The basic class is a thin wrapper around a couple of Win32 API calls,
WriteFile(). The Win32 functions are necessary because the .NET framework won’t let you use colons in file names. If you attempt to open a file with a colon in the name using a
TextReader, you get the following error:
System.NotSupportedException: The given path's format is not supported.
at System.Security.Util.StringExpressionSet.CanonicalizePath(String path,
I’m only interested in saving and reading text data (specifically, XML encoded metadata), so I wrap the API calls with
Read() methods that accept and return (in addition to the name of the file and stream to use) strings of data to save or read in the ADS. The class is implemented as a couple of static methods in a class that can’t be instantiated because I don’t need any stateful information to be retained. I call it once to read the view metadata and once to write to it for each of the views of the original document.
Despite the big looming changes in Longhorn and beyond, it never hurts to learn more about the Win32 API. Before you can read and write using
WriteFile() functions, you need a file handle. To get a handle, call
static extern uint CreateFile(string filename,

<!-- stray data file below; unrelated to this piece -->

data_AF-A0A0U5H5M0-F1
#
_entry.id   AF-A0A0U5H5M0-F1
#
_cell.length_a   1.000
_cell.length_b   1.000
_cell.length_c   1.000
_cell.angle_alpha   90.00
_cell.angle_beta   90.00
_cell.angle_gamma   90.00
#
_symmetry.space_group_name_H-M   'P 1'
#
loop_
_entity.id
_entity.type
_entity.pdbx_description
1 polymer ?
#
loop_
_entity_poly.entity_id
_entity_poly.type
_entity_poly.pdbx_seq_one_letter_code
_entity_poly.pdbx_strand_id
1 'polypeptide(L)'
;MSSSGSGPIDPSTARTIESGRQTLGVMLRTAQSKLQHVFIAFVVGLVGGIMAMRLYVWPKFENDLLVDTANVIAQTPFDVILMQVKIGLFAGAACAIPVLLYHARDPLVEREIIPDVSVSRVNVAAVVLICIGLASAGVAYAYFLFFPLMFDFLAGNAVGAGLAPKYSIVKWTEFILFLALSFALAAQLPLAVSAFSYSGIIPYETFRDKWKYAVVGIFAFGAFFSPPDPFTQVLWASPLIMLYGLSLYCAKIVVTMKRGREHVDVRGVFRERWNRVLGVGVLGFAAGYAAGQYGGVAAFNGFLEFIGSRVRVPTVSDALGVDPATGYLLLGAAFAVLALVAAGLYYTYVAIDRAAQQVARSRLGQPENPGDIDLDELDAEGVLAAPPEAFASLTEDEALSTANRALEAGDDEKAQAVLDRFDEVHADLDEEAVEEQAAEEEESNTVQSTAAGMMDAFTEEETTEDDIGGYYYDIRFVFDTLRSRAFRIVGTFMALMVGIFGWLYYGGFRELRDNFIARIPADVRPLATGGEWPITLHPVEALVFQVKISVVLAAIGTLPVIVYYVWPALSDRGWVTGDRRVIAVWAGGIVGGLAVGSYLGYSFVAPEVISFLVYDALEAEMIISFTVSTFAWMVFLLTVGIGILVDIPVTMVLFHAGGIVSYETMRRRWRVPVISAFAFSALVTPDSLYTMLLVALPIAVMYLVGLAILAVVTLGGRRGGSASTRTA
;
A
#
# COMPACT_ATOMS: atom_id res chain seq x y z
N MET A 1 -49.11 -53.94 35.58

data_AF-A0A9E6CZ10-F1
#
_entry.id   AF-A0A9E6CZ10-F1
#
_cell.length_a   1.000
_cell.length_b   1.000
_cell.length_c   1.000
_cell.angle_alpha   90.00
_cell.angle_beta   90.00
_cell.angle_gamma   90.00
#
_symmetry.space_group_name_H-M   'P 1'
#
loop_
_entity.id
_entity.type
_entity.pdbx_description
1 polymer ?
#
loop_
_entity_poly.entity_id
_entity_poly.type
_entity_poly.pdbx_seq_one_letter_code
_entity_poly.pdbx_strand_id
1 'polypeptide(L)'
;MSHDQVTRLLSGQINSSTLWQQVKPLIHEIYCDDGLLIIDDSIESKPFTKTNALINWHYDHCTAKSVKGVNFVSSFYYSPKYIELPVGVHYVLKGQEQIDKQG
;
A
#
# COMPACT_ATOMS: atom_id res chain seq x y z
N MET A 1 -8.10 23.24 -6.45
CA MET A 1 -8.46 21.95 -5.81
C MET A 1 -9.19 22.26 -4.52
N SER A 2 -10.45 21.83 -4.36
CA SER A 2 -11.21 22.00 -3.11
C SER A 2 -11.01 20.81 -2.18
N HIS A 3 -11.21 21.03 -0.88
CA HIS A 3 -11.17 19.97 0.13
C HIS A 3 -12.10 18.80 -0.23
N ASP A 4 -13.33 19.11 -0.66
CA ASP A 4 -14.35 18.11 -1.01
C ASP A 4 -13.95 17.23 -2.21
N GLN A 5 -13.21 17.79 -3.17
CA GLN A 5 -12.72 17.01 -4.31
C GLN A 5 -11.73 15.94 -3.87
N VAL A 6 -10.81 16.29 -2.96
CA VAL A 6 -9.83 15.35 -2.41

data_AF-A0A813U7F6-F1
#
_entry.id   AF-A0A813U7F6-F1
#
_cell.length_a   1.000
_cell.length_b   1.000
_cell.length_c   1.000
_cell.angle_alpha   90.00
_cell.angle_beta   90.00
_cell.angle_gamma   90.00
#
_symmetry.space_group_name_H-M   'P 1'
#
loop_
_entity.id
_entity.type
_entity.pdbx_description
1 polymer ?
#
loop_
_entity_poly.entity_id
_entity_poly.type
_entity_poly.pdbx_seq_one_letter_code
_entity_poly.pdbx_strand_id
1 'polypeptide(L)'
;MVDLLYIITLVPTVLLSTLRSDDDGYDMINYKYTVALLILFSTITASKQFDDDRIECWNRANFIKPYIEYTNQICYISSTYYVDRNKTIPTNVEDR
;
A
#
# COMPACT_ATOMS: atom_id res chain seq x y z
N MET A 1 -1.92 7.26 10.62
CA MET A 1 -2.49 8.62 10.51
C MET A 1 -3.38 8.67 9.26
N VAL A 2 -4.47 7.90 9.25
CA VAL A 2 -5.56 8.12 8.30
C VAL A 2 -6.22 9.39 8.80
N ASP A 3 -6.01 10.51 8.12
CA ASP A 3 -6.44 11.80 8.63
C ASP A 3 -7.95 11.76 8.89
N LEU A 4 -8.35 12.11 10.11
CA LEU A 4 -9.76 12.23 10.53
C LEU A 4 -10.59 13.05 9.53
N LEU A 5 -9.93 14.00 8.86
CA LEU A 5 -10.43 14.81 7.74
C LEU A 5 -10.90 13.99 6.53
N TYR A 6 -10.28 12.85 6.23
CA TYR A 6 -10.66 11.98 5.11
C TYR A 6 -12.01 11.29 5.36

fileName parameter takes the fully qualified path to the stream using the colon syntax. Pass the
OPEN_EXISTING constant to the
creationDisposition parameter to get a handle for reading, and
CREATE_ALWAYS to get a handle for writing. You use the unsigned integer returned by this function as a parameter to
WriteFile() to actually do the file IO. The read/write code is pretty straightforward, and is well commented in the downloadable code.
The managed assembly also contains a
StreamNotFoundException object that extends
FileNotFoundException and is thrown if the requested stream cannot be found on a read attempt. By extending
FileNotFoundException, you automatically get the
FileName property, and a logical exception to use. It just remains up to this implementation to store the additional information that a consumer of the exception would require, i.e., the name of the stream.
You can use the test project to read and write streams to and from arbitrary files on the file system to exercise the library and get comfortable manipulating alternate streams programmatically. If you run it from the IDE, don’t write to the DLLs and EXEs that your project is currently compiling for execution. You may get concerned that your ADS is disappearing when, in fact, what's happening is that the file is being recreated on every execution. Not that it happened to me of course...
When I use the library in my projects, I use the name of the client namespace for the stream name. That pretty much guarantees that the stream will not be overwritten by some other application.
Points of Interest
I have found the use of ADS to keep metadata with the original data to be very helpful. The code isn’t rocket science, but it is fairly well organized and ready for your consumption.
This CodeProject article shows you how to write a tool to help identify and track alternate streams, which can be used for malicious purposes as well as helpful ones as I’ve demonstrated here.
Understanding the ways information can be encoded surreptitiously in your files can help you identify positive and negative implications.
Jan 23 – Initial revision.